Contractor: On Windows NT 4.0 and Windows 95, used the Microsoft Foundation Class libraries under Visual C++ 4.2 to design and develop a multithreaded split-window server-recovery tool which used the new Windows 95-style "Win32 common controls" and popup context menus. The tool uses TAPI to communicate with specialized hardware inside a downed server.
Part-time contractor: Developed a compact, powerful, easy-to-maintain hypertext/graphic authoring environment portable between the Mac OS, Windows 3.1, and Win32, which used c-tree™ as a database back-end. Used this to port the Macintosh version of Origami - The Secret Life of Paper (a high-quality multimedia title) to Windows. Published by Casady & Greene.
Contractor: Using the Microsoft Foundation Class libraries version 2.5 under Visual C++, and the Raima data manager, developed modeless dialog forms with spreadsheet controls which generated commands for telephone switch configuration.
Contractor: Using the Microsoft Foundation Class libraries (version 2.5) under Visual C++, developed tabbed dialogs with spreadsheet controls which generated commands for network router configuration.
Contractor: Using the Microsoft Foundation Class libraries (versions 2.0 and 2.5) under Visual C++, designed and developed a time-line based multimedia authoring tool similar to Adobe Premiere. Ours was the only piece of the package to be ready on time.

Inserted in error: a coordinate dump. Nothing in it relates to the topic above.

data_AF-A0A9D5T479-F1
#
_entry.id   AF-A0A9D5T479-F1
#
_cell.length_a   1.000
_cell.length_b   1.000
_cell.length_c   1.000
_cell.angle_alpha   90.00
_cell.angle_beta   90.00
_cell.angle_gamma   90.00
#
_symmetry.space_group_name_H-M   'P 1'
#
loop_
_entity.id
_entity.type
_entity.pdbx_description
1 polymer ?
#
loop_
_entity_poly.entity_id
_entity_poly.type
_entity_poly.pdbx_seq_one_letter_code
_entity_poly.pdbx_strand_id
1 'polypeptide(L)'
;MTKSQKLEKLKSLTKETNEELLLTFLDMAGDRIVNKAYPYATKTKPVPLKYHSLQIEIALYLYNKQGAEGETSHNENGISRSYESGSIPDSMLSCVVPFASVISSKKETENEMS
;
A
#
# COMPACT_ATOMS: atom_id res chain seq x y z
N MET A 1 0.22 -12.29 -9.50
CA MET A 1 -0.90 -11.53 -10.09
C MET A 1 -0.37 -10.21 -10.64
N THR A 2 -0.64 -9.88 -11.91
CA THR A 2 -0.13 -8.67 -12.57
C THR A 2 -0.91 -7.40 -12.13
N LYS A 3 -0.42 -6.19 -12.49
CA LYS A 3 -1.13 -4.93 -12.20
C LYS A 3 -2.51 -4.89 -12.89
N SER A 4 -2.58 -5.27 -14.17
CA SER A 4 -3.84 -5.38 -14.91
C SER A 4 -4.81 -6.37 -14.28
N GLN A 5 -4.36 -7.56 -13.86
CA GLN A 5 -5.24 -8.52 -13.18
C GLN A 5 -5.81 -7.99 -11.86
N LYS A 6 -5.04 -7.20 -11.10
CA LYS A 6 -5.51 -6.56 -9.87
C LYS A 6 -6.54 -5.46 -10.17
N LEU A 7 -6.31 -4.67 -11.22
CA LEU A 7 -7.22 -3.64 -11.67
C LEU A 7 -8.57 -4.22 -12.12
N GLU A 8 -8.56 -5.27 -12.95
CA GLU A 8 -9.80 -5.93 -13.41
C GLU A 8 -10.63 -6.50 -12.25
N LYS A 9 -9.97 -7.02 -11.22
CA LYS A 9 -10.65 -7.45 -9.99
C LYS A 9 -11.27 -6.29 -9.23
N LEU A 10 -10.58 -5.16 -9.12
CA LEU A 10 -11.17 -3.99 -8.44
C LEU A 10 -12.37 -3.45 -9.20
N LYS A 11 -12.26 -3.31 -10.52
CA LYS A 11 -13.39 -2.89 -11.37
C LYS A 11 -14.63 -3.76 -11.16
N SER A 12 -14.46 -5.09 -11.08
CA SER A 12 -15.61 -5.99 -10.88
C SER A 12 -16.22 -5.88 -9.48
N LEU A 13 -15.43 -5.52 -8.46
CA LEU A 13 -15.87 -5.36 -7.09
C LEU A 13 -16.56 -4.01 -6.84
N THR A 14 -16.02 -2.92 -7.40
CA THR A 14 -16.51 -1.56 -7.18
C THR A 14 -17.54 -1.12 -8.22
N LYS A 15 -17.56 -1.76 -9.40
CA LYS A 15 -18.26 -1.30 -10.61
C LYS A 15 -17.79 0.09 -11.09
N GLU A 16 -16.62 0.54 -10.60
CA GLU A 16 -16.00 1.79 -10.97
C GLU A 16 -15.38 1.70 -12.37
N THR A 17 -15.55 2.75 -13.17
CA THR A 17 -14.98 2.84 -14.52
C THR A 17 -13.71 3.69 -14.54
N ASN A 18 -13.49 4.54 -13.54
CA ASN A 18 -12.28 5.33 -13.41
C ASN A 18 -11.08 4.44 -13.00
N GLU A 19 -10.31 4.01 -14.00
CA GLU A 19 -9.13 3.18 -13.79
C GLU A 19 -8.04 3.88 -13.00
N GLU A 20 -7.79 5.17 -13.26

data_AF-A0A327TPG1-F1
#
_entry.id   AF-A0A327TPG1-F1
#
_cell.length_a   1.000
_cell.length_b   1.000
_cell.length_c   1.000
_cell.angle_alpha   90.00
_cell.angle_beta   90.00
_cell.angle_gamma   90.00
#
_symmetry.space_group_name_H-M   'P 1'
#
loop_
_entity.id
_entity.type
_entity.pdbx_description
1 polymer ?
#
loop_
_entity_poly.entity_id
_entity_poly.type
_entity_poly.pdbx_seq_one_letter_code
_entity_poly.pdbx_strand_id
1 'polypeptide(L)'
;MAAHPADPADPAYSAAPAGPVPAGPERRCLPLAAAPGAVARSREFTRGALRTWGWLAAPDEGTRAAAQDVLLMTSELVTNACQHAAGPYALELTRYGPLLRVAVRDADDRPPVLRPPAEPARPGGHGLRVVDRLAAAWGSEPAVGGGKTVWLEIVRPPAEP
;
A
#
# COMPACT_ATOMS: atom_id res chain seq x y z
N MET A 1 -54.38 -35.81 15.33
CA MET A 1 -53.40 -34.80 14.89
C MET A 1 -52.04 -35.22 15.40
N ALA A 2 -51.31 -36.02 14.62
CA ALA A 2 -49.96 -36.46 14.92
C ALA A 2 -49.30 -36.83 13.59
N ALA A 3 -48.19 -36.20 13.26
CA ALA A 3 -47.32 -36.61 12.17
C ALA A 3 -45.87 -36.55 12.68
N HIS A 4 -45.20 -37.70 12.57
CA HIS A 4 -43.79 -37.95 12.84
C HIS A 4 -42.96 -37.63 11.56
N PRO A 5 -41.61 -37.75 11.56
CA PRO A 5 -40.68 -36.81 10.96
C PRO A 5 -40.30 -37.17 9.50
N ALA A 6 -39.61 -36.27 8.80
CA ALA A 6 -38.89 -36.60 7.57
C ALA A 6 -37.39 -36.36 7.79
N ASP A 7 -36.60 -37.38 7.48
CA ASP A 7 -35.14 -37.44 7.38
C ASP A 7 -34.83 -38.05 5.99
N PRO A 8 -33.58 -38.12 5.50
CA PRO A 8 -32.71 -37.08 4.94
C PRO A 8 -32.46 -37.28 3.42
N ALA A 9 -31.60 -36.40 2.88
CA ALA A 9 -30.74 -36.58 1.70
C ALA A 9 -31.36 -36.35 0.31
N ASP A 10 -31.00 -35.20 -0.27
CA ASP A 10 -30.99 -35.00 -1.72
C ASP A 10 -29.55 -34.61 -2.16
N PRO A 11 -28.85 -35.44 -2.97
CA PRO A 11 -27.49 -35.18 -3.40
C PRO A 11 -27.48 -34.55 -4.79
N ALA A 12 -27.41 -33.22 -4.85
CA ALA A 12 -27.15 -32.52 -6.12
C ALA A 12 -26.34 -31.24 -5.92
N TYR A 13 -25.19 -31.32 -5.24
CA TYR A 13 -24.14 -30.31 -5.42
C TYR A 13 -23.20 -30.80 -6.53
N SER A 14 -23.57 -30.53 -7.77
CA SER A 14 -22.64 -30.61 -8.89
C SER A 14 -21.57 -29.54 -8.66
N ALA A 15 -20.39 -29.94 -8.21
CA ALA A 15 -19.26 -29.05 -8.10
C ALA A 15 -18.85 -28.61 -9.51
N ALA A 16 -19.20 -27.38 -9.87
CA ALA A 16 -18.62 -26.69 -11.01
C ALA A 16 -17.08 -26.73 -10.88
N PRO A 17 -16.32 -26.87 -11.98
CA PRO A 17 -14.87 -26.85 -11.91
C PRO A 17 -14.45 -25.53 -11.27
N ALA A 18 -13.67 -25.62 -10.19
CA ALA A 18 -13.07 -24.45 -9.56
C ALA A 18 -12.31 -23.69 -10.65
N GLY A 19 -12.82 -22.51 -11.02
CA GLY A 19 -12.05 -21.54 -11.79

Applications Programmer II: Designed and developed complex visual components, QuickTime interface, and decision engine in a proprietary cross-platform (Mac and Windows) C++ class library for those users with some of the toughest user interface requirements of all: young math students. Time constraints and attention to detail were crucial.
Software Engineer: Developed and assisted in the design of a c-tree™ based resource manager, C++ framework, and class library for visual application creation in an otherwise primitive environment. This was a complete final-product hypermedia authoring engine that cut product shell development time down to 1/3 of what was previously required.
Member of the Technical Staff: Rapid-prototyped, designed, developed, and tested software for a massively parallel relational database machine marketed to Fortune 100 companies.
University of California at Santa Cruz Extension
Course in OLE programming under MFC, January 1996.
California State University at Northridge
M.S. Computer Science, December 1991
Student member of the ACM and Computer Science Association.
Courses included: Object-oriented programming, simulation languages, programming window-based software (concentrated on the X window system), operating systems design, current issues in computer architecture, software engineering, artificial intelligence, expert systems, combinatorics.
B.A. Music Composition, Cum Laude, June 1987
Courses included: Chemistry, physics, differential equations, MIDI synthesizers, and a host of music theory material.